“This is her idea of a great morning,” Adam said, holding the squirming baby on his lap when I came up from my basement office to say hi. “Smiling at Mommy … while literally stepping on Dad’s dick. Which is what she’s doing right now. I think she’s trying to make sausage wine. It’s possible that she thinks she’s in a log-rolling contest. Anyway, ow.”
One thing they don’t tell you when you have a baby is that they beat you up all the time. Baboo gets super excited whenever I come into the room, and she expresses this by grabbing my face and pulling whatever she has in her hand. Sometimes, it’s my nose. Sometimes, it’s my cheek. Once, I swear she nearly got my eye out. Nearly. But there’s always tomorrow for dreams to come true.
She’s the cutest and most vicious person I know. Of course, none of this is malicious. Also, it would help if I kept her nails trimmed, but that’s harder than it sounds. You put your sweet, innocent baby to bed with normal baby nails, and she wakes up with sloth claws. I’m guessing that this is a sign of good health. I’d tell you how grateful I am about that in person, but it’s hard for me to speak as this morning she reached right out and ripped my lips off my face.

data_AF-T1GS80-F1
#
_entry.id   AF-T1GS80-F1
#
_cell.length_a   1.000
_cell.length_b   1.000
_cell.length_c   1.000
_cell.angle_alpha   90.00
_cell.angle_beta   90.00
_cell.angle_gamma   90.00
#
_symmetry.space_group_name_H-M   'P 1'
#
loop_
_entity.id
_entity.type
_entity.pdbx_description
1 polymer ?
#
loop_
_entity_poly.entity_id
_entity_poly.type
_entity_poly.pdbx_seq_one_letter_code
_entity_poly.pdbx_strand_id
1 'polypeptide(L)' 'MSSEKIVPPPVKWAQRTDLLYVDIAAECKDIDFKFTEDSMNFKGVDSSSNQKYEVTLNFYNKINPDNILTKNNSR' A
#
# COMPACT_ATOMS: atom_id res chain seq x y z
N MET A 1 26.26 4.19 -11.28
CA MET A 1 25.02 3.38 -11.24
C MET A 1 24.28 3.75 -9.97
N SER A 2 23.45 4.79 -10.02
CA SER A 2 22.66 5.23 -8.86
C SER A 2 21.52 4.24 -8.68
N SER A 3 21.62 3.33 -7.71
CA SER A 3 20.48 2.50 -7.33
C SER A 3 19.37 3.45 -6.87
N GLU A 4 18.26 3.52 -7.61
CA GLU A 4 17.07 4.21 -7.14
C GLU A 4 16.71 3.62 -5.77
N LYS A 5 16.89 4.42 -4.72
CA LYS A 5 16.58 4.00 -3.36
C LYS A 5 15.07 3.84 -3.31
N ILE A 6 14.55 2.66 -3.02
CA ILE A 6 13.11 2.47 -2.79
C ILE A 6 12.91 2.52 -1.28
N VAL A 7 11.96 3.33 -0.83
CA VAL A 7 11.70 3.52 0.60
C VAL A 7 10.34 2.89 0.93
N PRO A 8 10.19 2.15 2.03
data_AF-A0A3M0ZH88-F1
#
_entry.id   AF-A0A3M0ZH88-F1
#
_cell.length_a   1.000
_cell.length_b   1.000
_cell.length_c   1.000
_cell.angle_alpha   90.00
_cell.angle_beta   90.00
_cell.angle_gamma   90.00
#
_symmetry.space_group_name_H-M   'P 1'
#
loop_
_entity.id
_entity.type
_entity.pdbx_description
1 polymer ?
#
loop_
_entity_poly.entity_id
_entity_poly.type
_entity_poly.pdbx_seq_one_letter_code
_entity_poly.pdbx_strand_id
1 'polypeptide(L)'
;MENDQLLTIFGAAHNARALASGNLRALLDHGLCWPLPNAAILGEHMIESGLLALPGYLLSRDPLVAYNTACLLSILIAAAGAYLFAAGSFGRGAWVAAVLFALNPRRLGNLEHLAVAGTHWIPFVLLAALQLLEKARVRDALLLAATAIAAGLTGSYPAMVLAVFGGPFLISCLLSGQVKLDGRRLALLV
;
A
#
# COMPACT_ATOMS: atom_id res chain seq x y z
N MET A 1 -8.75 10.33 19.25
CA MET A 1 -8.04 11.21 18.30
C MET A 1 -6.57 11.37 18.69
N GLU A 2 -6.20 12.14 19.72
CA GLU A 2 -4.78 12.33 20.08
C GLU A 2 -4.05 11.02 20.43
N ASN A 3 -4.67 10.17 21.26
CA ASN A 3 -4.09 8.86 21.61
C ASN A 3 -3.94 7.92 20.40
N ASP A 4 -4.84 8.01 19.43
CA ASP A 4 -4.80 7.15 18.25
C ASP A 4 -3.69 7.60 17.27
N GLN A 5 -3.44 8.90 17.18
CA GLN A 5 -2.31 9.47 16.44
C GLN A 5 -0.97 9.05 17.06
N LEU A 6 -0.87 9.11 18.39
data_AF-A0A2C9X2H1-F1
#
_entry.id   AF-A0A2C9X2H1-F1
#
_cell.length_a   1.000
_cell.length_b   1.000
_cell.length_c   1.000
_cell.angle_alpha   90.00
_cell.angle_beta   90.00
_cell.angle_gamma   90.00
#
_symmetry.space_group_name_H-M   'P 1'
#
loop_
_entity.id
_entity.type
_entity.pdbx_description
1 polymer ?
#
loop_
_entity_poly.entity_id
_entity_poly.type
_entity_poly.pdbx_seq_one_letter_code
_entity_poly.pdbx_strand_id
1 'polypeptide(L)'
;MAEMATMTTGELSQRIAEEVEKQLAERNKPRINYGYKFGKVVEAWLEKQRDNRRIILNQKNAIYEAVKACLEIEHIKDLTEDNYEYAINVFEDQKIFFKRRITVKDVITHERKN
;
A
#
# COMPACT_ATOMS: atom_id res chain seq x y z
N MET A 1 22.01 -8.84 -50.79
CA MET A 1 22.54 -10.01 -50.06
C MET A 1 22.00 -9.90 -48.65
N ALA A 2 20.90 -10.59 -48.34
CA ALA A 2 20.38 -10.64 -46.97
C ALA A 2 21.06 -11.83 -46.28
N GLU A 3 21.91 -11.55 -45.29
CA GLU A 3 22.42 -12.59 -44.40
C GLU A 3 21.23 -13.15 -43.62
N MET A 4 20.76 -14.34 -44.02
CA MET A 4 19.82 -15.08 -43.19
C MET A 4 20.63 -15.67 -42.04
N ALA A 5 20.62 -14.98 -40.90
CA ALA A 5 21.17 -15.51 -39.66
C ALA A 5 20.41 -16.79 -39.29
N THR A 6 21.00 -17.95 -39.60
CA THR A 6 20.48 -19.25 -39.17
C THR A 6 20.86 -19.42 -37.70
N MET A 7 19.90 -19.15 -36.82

It’s public-restroom changing tables. There, previewers, I saved you a click.
If you’re still with me, I’ll explain. Public changing tables are predictably loathsome. They’re in a public restroom, obviously, so they’re covering in filth both visible and invisible. Visible: actual feces, more often than seems reasonable or even possible. Invisible: IDK, C.diff? The plague? Hepatitis Q?